“The greatest wines in the world are grown in areas that are on the edge of where the varietals can get
fully ripe.”

Situated in the heart of the East-West maritime chute known as the Santa Ynez Valley, Ballard Canyon experiences cold nights and short periods of day-time heat. The diurnal swing approaches 40 degrees and it is typical to have daytime highs over 90 degrees Fahrenheit and lows around 50 during the growing season.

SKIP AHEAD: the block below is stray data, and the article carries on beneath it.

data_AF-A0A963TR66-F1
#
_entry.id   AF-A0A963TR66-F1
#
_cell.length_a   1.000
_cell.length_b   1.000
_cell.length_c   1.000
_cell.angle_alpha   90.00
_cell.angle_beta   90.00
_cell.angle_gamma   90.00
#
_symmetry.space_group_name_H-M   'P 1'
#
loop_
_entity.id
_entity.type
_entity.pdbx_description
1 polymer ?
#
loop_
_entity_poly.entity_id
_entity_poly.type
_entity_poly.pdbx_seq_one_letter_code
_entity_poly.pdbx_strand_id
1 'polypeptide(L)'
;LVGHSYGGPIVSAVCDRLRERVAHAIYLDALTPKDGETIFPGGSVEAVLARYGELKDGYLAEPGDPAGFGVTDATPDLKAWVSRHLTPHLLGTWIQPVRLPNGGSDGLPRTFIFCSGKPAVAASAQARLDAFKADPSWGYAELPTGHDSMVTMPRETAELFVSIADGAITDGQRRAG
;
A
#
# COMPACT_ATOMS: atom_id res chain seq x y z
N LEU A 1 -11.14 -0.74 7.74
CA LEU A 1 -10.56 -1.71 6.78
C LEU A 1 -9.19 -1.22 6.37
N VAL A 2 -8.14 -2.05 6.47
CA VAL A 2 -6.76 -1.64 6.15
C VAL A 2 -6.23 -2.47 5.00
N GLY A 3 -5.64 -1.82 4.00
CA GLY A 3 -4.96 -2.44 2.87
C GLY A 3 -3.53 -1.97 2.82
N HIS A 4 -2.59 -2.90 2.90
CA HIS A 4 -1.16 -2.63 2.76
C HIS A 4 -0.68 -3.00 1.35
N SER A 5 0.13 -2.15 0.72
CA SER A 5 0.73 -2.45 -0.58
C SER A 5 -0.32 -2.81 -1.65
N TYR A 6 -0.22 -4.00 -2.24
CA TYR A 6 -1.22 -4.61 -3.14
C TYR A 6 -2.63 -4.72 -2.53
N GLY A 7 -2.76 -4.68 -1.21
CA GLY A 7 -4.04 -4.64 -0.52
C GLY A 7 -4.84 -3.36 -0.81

In the early morning, fog flows inland from Point Conception and drifts north up Ballard Canyon, and later in the day gently recedes down the same path. Ballard Canyon’s southern vineyards receive the most time in the cool fog, which burns off earlier in the northern, higher elevations of the AVA. The highest elevations can also be the warmest, often bathing in an inversion layer above the fog-line.

Stylistically, the wines can be defined as cool-climate (Sta. Rita Hills), warm climate (Happy Canyon of Santa Barbara), and the marginal areas that are influenced by both. Ballard Canyon AVA represents this critical mixed climate.